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A Micellar On-Pathway Intermediate Step Explains the Kinetics of Prion Amyloid Formation

  • Erwan Hingant ,

    Affiliation CI2MA, Universidad de Concepción, Concepción, Chile

  • Pascaline Fontes,

    Affiliation INSERM U710, Université Montpellier 2, Place E. Bataillon, 3eme étage, Montpellier, France

  • Maria Teresa Alvarez-Martinez,

    Affiliation Etablissement Confiné d’Expérimentation, Plateforme RAM, UMS 3426-BioCampus, Place E. Bataillon, UM2, Montpellier, France

  • Jacques-Damien Arnaud,

    Affiliation Etablissement Confiné d’Expérimentation, Plateforme RAM, UMS 3426-BioCampus, Place E. Bataillon, UM2, Montpellier, France

  • Jean-Pierre Liautard,

    Affiliation Centre de Recherche sur les Pathogènes et Biologie pour la Santé, CPBS UMR5236, Université Montpellier 2, Place E. Bataillon, Montpellier, France

  • Laurent Pujo-Menjouet

    Affiliations Université de Lyon, CNRS, Université Lyon 1, Institut Camille Jordan UMR5208, Villeurbanne, France, INRIA Team Dracula, Inria Center Grenoble Rhône-Alpes, France

A Micellar On-Pathway Intermediate Step Explains the Kinetics of Prion Amyloid Formation

  • Erwan Hingant, 
  • Pascaline Fontes, 
  • Maria Teresa Alvarez-Martinez, 
  • Jacques-Damien Arnaud, 
  • Jean-Pierre Liautard, 
  • Laurent Pujo-Menjouet


In a previous work by Alvarez-Martinez et al. (2011), the authors pointed out some fallacies in the mainstream interpretation of the prion amyloid formation. It appeared necessary to propose an original hypothesis able to reconcile the in vitro data with the predictions of a mathematical model describing the problem. Here, a model is developed accordingly with the hypothesis that an intermediate on-pathway leads to the conformation of the prion protein into an amyloid competent isoform thanks to a structure, called micelles, formed from hydrodynamic interaction. The authors also compare data to the prediction of their model and propose a new hypothesis for the formation of infectious prion amyloids.

Author Summary

Understanding the mechanism of prions is an important issue. Indeed, it involves a mechanism modifying the structure of the proteins that are of high interest in theoretical biology. Knowing the underlying mechanism that leads to prion disease could help further investigations in the world of amyloid disease and for example the so-called Alzheimer's disease. The theory of prion, also known as Protein-Only, has been widely studied. Nevertheless no mathematical models are able to reproduce the phenomena in silico. This suggests a lack of information in the theory. Here we propose a new model, built with a new approach theory that fits experimental data in a very satisfactory way. This model, together with experiments, maintains the idea that an intermediate conformation of the protein helps the disease to spread. Besides, this work is an excellent example of a strong interaction between mathematical modelling and biological approach. Indeed, because of a strong discrepancy between theoretical results of the early original model and biological data on pathological prion formation, the team of biologists decided to investigate more closely their experiments. They came out with a new discovery: the crucial role of micelles in the pathological conformation of the prion protein.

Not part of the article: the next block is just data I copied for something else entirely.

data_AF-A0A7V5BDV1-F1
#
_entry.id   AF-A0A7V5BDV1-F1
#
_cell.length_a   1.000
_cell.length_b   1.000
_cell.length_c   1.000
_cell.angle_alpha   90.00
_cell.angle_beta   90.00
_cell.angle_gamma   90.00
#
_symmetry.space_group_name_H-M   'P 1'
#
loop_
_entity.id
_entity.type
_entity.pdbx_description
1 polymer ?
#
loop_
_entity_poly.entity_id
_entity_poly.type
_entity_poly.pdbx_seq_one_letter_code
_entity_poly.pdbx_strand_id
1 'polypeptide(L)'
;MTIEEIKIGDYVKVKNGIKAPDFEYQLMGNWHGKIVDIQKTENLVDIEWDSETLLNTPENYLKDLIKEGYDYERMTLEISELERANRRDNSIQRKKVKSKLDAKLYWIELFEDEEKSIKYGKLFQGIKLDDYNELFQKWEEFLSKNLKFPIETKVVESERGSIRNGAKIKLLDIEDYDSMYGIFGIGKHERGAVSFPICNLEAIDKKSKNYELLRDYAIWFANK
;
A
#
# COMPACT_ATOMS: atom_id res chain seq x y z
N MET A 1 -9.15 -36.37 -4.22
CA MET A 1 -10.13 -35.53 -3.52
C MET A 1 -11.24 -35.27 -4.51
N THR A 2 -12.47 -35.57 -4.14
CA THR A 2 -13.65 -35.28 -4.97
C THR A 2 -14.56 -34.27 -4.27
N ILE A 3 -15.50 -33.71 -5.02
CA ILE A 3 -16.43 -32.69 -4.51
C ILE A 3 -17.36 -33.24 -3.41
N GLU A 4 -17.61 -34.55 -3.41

Transmissible spongiform encephalopathies, or prion diseases, are a group of fatal neurodegenerative disorders of humans and animals. The pathogenic process is typically associated with conformational conversion of a cellular protein, called prion or PrPC, to a misfolded isoform, called PrPSc. The “protein-only” model asserts that this rogue PrPSc represents the infectious prion agent, self-propagating by binding PrPC and inducing its conversion to the abnormal PrPSc [1], [2]. This scenario was quantitatively described as a nucleation-dependent amyloid polymerization [3], [4]. It is now generally accepted that the prion development process results from an amyloid polymerization after an initial nucleus formation in the very early phase of protein aggregation. Models based on nucleation-dependent polymerization [5][7] describe a molecular mechanism at the origin of the formation of large protein aggregates, by involving thermodynamically unfavourable steps that become favourable when the nucleation kinetic barrier is reached. As a striking consequence of these models, the unfavourable first steps can be bypassed by seeding with preformed polymers. However, due to the transient nature of the initial nucleus, our understanding of the interactions that form this initial structure is very sparse and thus the understanding of species allowing the prion proteins to overcome the strong kinetic barrier to form a specific amyloid conformation is highly limited [8]. This may have led to one of the most notable persisting fallacy claiming that the Lag phase of prion proliferation, defined as the required phase for the nucleus formation [3], [9], reflects the unfavourable nucleation phase. This idea was challenged by experimental results obtained by numerous authors who revealed a linear dependence of the lag time (denoted by ) to monomer concentration not exceeding a nucleus size of about 2 monomers [10], [11]. This result, also found for some other spontaneous amyloid-forming proteins [12], was generally attributed to an accumulation of large off-pathway species whose formation is competitive with the on-pathway processes that lead to amyloid [11], [13]. However, in the case of hamster rPrP (Recombinant Syrian Hamster Prion Protein 90–231) polymerized in vitro, we previously found no kinetic evidence for an off-pathway [10]. Consequently, we propose that an additional on-pathway step is necessary to explain the results observed. We hypothesize that this new stage stands very likely for a first step. It would occur before nucleation, because experimentally, we were able to show that seeded polymerization always begins after a time delay that can be interpreted as the time needed to generate active monomers [10]. We show indeed that micelles are formed, which leads to an amyloid competent isoform of the prion protein (denoted by PrP*) considered as a necessary step to induce nucleation and amyloid polymerization. This hypothesis is supported by [14], [15] where it is found that lipid interactions play a key role in the conformation of PrPC into PrPSc by β-sheet enrichment, see Sec. Discussion. We assume here that a similar interaction occurs in our experimental condition by pure PrPC interaction with the help of micelles formation. To analyse the consequences of this hypothesis, we develop a quantitative model with an explicit description of the microscopic processes, and we compare experimental data with the results predicted by the model.